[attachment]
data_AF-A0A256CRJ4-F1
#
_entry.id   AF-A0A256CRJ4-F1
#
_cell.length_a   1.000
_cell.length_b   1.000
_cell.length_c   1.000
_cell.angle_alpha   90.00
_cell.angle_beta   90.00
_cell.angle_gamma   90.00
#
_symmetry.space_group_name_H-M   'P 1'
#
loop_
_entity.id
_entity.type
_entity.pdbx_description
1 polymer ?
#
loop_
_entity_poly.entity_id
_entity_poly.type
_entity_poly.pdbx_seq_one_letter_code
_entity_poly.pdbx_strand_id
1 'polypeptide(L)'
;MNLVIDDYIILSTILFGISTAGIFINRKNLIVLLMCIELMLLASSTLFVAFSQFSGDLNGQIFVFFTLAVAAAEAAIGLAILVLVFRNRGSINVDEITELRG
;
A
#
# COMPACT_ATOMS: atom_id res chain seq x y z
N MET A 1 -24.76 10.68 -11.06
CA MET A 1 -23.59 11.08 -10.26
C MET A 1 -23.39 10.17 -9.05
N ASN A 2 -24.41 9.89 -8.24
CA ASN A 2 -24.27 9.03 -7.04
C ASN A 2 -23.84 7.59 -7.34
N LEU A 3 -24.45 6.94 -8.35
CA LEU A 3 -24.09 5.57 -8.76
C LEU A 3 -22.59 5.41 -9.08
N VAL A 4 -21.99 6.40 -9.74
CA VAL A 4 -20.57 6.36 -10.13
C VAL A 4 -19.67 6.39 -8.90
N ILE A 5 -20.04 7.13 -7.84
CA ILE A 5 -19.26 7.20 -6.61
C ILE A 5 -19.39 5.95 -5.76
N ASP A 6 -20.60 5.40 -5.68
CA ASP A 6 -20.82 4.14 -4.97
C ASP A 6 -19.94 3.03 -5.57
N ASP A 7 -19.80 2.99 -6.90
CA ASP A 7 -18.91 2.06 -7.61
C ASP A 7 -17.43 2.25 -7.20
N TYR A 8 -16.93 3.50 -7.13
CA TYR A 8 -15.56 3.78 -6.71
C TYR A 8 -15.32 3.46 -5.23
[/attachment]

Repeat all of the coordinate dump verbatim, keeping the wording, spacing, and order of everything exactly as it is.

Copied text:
data_AF-A0A256CRJ4-F1
#
_entry.id   AF-A0A256CRJ4-F1
#
_cell.length_a   1.000
_cell.length_b   1.000
_cell.length_c   1.000
_cell.angle_alpha   90.00
_cell.angle_beta   90.00
_cell.angle_gamma   90.00
#
_symmetry.space_group_name_H-M   'P 1'
#
loop_
_entity.id
_entity.type
_entity.pdbx_description
1 polymer ?
#
loop_
_entity_poly.entity_id
_entity_poly.type
_entity_poly.pdbx_seq_one_letter_code
_entity_poly.pdbx_strand_id
1 'polypeptide(L)'
;MNLVIDDYIILSTILFGISTAGIFINRKNLIVLLMCIELMLLASSTLFVAFSQFSGDLNGQIFVFFTLAVAAAEAAIGLAILVLVFRNRGSINVDEITELRG
;
A
#
# COMPACT_ATOMS: atom_id res chain seq x y z
N MET A 1 -24.76 10.68 -11.06
CA MET A 1 -23.59 11.08 -10.26
C MET A 1 -23.39 10.17 -9.05
N ASN A 2 -24.41 9.89 -8.24
CA ASN A 2 -24.27 9.03 -7.04
C ASN A 2 -23.84 7.59 -7.34
N LEU A 3 -24.45 6.94 -8.35
CA LEU A 3 -24.09 5.57 -8.76
C LEU A 3 -22.59 5.41 -9.08
N VAL A 4 -21.99 6.40 -9.74
CA VAL A 4 -20.57 6.36 -10.13
C VAL A 4 -19.67 6.39 -8.90
N ILE A 5 -20.04 7.13 -7.84
CA ILE A 5 -19.26 7.20 -6.61
C ILE A 5 -19.39 5.95 -5.76
N ASP A 6 -20.60 5.40 -5.68
CA ASP A 6 -20.82 4.14 -4.97
C ASP A 6 -19.94 3.03 -5.57
N ASP A 7 -19.80 2.99 -6.90
CA ASP A 7 -18.91 2.06 -7.61
C ASP A 7 -17.43 2.25 -7.20
N TYR A 8 -16.93 3.50 -7.13
CA TYR A 8 -15.56 3.78 -6.71
C TYR A 8 -15.32 3.46 -5.23